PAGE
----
Steve Coogan and Rob Brydon's latest rambling comedy tour, The Trip to Spain
, might come off in the previews as a stale, egotistical movie full of chatter and worn-out impressions—but like the previous films in the series, it offers the right mixture of melancholia and laughter by poking fun at the grandiose, sometimes destructive tendencies of the central characters. The franchise, directed by Michael Winterbottom, is based on a semi-improvised BBC2 TV program in which Coogan and Brydon (both British comedians, both great at impressions, one much cheerier than the other) go on gorgeous, literary-inspired food tours. Each of the three movies in the series is edited down from a six-episode television season. If you're truly interested in the details of regional cuisine, this series will be disappointing. But it works as a very funny take on the way comedians entertain themselves, an exploration of midlife crises, a meditation on history and meaning, a collection of strange but well-executed voices and impressions, and a decidedly un-sappy celebration of friendship. It's smart but light. If The Trip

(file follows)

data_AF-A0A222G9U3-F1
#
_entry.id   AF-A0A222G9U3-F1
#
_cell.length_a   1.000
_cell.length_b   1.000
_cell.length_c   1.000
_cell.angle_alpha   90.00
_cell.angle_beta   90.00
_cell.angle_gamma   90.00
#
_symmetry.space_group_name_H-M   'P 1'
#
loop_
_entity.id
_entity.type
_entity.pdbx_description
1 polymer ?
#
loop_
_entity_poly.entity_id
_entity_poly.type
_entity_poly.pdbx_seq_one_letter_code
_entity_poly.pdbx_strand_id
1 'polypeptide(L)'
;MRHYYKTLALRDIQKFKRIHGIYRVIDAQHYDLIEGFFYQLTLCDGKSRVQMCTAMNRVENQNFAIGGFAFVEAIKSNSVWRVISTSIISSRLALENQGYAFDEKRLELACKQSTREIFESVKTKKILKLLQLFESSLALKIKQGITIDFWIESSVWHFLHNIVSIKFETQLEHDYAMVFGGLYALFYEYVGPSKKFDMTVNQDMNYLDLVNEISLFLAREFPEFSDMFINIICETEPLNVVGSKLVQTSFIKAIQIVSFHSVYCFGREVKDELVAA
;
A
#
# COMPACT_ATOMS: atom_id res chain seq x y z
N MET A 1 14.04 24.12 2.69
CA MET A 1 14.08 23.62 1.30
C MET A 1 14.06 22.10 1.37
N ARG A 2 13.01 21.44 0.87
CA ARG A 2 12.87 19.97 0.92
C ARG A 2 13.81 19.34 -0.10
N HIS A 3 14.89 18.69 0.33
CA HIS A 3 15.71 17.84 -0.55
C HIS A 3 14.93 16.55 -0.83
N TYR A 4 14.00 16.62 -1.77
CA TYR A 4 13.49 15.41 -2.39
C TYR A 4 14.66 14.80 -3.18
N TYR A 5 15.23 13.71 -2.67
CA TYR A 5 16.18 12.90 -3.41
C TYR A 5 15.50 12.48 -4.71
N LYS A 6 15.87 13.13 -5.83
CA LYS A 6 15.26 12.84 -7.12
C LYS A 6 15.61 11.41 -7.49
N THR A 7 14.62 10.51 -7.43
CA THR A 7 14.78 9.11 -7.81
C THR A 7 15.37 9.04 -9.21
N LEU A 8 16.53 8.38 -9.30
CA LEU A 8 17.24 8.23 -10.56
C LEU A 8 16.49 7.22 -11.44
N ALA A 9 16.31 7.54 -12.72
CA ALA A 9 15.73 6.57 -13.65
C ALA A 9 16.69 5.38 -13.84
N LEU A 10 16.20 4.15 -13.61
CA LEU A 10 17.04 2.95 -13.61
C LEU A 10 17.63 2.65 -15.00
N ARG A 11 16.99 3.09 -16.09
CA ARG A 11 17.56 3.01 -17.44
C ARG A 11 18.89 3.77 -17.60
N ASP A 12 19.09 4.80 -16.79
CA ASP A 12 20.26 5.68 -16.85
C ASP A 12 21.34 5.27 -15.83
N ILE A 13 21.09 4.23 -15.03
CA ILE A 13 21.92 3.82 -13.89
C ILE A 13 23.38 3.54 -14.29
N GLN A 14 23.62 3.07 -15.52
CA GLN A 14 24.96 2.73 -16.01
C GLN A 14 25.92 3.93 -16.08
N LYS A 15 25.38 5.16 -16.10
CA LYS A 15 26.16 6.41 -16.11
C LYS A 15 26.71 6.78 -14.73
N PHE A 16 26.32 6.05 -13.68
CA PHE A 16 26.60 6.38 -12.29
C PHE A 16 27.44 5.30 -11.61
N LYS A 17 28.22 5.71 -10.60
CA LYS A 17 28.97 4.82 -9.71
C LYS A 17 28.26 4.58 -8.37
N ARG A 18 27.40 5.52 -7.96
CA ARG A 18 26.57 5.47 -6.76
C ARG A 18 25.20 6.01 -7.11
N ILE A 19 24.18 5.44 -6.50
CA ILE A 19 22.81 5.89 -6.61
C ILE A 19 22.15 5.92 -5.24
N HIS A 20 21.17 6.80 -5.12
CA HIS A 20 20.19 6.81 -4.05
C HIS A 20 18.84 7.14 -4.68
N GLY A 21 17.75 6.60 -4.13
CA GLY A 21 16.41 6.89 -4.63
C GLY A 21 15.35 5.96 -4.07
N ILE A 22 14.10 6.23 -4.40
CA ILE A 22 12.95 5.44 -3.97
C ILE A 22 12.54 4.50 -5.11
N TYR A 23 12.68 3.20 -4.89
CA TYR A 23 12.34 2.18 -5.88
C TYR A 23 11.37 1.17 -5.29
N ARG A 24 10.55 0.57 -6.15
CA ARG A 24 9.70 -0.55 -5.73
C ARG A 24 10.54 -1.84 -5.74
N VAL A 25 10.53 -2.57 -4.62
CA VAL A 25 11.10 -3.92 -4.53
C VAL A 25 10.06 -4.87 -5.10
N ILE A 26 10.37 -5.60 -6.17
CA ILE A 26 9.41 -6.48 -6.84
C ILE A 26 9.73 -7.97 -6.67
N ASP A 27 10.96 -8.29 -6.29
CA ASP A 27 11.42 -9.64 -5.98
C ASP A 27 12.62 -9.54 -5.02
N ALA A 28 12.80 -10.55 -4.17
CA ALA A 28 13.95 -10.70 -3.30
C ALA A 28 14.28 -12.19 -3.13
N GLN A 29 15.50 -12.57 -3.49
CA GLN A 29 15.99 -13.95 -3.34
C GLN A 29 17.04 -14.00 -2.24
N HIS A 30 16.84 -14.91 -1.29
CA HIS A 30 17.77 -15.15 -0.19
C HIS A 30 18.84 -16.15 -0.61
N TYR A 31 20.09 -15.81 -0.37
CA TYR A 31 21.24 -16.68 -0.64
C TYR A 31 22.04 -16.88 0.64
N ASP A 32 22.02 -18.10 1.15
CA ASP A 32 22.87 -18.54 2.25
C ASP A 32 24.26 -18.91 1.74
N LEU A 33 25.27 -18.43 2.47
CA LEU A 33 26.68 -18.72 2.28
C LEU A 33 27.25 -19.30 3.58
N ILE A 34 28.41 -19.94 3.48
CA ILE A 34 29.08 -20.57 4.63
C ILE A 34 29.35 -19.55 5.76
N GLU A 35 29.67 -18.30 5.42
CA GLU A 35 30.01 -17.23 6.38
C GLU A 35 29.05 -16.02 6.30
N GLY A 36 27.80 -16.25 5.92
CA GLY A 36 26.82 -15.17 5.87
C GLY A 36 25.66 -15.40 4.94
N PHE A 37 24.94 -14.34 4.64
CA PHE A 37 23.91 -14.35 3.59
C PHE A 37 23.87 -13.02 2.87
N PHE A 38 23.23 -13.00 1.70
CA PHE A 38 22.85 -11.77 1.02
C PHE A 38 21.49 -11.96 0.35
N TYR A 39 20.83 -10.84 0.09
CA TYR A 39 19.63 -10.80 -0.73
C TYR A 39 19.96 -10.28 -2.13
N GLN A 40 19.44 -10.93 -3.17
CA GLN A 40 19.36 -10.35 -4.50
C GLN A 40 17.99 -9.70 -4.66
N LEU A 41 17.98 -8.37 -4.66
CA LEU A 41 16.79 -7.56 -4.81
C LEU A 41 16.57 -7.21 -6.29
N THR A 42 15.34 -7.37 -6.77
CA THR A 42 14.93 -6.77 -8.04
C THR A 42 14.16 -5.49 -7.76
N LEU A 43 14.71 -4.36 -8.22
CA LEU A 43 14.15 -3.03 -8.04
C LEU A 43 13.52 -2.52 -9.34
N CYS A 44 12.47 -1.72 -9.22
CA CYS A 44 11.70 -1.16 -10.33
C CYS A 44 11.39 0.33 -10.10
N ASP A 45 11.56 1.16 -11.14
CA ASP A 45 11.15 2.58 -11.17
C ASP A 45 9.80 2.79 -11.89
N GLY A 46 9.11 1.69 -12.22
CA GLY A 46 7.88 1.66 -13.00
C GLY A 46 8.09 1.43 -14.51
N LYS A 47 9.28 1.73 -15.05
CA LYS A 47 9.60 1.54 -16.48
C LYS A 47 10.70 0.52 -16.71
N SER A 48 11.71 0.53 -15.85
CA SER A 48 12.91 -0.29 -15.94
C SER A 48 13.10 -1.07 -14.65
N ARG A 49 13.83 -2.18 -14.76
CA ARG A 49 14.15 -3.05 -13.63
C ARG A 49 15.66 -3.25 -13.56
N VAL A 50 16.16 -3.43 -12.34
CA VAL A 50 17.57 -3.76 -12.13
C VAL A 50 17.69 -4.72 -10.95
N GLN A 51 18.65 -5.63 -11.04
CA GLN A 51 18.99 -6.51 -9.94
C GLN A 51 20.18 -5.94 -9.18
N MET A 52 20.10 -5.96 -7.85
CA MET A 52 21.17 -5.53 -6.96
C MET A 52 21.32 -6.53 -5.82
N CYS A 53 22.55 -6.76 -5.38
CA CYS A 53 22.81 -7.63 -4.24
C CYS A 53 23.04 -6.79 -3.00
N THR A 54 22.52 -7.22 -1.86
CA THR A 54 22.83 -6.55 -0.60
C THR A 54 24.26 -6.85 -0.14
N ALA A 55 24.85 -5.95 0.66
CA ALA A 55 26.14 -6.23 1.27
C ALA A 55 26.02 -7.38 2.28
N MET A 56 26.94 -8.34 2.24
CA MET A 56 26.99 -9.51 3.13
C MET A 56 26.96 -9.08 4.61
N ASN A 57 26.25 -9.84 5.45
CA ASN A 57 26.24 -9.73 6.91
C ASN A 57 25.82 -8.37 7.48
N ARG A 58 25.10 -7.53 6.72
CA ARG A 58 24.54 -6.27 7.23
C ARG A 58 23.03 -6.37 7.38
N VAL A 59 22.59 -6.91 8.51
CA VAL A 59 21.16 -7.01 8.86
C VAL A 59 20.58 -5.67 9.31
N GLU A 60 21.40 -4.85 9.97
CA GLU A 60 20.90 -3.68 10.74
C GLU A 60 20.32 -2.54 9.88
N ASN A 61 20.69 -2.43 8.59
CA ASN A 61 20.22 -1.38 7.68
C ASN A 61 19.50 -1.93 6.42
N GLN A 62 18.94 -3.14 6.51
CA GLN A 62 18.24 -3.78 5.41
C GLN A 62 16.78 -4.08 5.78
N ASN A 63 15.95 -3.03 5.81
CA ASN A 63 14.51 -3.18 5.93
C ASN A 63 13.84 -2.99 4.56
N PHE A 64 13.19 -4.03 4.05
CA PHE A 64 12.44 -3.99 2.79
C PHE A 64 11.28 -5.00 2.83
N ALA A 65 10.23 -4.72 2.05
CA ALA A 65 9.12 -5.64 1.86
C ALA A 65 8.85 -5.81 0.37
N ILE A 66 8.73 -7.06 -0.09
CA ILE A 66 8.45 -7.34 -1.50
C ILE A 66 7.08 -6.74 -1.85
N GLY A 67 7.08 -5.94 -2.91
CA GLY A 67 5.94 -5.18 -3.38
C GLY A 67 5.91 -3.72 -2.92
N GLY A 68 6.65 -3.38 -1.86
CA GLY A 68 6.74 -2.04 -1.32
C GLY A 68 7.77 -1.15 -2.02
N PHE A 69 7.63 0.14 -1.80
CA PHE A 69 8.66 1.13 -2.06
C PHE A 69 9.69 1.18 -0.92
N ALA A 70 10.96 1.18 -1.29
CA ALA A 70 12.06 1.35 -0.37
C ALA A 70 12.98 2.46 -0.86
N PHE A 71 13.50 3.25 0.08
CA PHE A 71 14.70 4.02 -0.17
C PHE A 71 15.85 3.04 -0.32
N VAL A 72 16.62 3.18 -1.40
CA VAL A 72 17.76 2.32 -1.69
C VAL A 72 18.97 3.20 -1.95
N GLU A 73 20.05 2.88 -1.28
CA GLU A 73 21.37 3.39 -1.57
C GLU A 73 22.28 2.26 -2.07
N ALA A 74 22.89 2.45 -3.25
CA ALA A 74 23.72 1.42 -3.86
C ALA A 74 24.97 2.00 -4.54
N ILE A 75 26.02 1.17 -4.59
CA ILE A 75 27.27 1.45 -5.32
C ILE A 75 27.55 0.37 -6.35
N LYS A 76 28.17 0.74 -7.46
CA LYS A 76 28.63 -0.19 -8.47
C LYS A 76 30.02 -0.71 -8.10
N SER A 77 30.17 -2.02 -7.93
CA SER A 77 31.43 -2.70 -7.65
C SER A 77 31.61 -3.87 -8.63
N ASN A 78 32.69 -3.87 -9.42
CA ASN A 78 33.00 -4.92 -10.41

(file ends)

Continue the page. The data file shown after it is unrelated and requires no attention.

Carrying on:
's high-strung chatter grated on you, give Coogan and Brydon another shot with The Trip to Spain
—their formula is changing, and for the better.
by Julia Raban